Ken James April 24, 2013 at 05:07 AM
My comment was in response to Trent's question: "What statement did I make that was not true?" Wait, here's another: "But ask a Republican state senator this real-life question, If Washington State’s judiciary badly needed funding to continue its proper functioning, would you allot sufficient funds from the state’s treasury to fix it?, and the consensus would be stubbornly, no!" And another: "From the state’s law library, which requested no additional funds, the Republican’s took $148,000..." I could go on all night.
Edward A. April 24, 2013 at 06:24 AM
Generally comments get culled for using R-rated language. Ad hominem is fine if it doesn't contain the "f-word." Literacy is optional.
Edwin April 24, 2013 at 01:37 PM
I still am waiting to have an intelligent dialog with Trent or Ken on what portions of the Senate's plan needs change and where will the State get the money. Once again I have to credit Tom and Shelton for caucusing with the R's otherwise we have unrestrained taxation coming our way. If no department has no fat than why is the Governor talking lean management?
Ken James April 24, 2013 at 02:56 PM
I didn't see any invitation to dialog with you about the issues you listed. I don't think you want to hear my mundane point of view. I generally believe in the method that Trent dismisses as too parochial which he described as: "Republicans are quick to adopt the lofty, unrealistic position that our state’s financial affairs should be treated like a household’s checkbook." Yep, that's exactly how I think our affairs should be treated. You spend only that which you can afford. If you need more money for more projects, then you must find ways to grow the state economy so that there is more revenue available. You don't continue to raise taxes since that will stifle the economy and encourage the most productive to leave the state for an environment that lets them retain more of what they earned.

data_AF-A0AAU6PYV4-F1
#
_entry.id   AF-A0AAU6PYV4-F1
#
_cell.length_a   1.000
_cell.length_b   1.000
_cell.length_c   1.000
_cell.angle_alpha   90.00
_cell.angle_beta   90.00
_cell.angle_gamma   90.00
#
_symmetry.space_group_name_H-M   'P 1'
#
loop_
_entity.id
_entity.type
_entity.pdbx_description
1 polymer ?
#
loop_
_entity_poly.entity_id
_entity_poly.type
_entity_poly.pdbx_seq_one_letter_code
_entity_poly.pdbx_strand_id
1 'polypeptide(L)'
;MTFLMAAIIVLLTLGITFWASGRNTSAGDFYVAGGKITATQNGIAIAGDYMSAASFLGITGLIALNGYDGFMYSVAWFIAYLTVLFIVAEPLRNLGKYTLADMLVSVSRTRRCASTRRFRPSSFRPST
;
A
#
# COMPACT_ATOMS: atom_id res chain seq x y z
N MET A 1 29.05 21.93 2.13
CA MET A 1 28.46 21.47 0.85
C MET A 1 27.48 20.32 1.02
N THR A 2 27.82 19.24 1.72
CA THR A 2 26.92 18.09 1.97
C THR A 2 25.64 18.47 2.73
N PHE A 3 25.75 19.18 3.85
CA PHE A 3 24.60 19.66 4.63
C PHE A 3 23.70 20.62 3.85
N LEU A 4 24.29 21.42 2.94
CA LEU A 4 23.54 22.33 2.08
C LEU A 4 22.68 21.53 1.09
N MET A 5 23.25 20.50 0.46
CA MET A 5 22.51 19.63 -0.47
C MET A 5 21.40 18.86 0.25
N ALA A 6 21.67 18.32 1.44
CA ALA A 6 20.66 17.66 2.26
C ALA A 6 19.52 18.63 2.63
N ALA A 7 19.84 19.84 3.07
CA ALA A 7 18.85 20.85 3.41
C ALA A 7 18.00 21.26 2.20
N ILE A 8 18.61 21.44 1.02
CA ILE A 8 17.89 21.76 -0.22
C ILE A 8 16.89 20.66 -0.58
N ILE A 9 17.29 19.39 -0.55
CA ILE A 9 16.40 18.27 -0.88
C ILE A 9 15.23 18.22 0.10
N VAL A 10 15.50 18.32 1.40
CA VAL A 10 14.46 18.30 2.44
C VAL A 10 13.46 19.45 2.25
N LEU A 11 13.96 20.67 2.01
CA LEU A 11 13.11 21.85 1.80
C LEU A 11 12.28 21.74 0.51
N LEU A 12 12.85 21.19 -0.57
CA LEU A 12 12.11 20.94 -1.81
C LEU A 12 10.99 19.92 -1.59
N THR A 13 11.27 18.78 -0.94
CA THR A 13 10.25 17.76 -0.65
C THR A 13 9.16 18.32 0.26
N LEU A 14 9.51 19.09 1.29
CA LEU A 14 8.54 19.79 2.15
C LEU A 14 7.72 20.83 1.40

Kirkland Tony April 25, 2013 at 07:41 PM
Trent, I don't recall each of those individual spending propositions being put up for independent votes, along with breakroom food, remodeling expenses, etc. Simply put, you seem to be lying that the Republicans made any of these choices. Using a page from Obama's Sequester playbook - where he insisted the FAA furlough controllers rather than cut back on consultants and boondoggle trips - you and your party seem to be insisting that anything other than a blank check means that the most important stuff was refused. Using your house analogy, if the roof was leaking and we wanted a new color carpet for the living room, it would be immature to buy the floor and gripe that the roof was leaking. And yet that's what you are doing.
Lynn B April 25, 2013 at 11:03 PM
Tony, great comment and analogy. I have seen this strategy in motion so many times. I think the next anticipated move after upsetting and inconveniencing so many people is an offer for a solution via a special tax or earmarked appropriation that we all agree on. In that way the Democrats hold necessary and widely regarded operations hostage to assure support for their taxing actions without ever jeopardizing a questionable pet project.
Joe M April 25, 2013 at 11:49 PM
Tony, I wasn't aware there were $370 million in consultants and "boondoggle" trips under the FAA operating budget. This doesn't sound possible. Is this documented somewhere online?
Kirkland Tony April 26, 2013 at 01:49 AM
Joe, the same place all those other individual veto-able line items Trent mentioned were. I'm not understanding your question: Did you not pay attention to him, or are you trolling?
Joe M April 26, 2013 at 01:54 AM
I wasn't asking about anything Trent said. I was asking about your claims regarding the FAA furloughs. Since I posted my comment, the U.S. Senate indicated they disagreed with you. They unanimously passed a bill allowing the FAA to use non-operating budget money to avoid furloughs. Contrary to what you think, the FAA had no legal way to avoid furloughs without this bill. Nice try blaming Obama, though.
Kirkland Tony April 26, 2013 at 02:02 AM
Joe, that's a complete lie and mischaracterization of what the U.S. Senate said. They pretty much completely disagreed with you... and Trent... and codified that the FAA and Obama lied. Now they have removed their wriggle room. Since you apparently saw the news but were unable to comprehend it, allow me to provide you a primer. The Senate had said all along that the FAA had plenty of money and the power to shuffle it around. The Administation (that's the President for those of you apparently not versed in government) had argued that, despite the lack of any rules preventing it, they (the Administration) wouldn't allow this shuffling. The Senate has overridden the Administration and explicitly enforced that power. And, more to the point, WITHOUT ADDING ANY MONEY. Don't you wish you hadn't brought this up? :)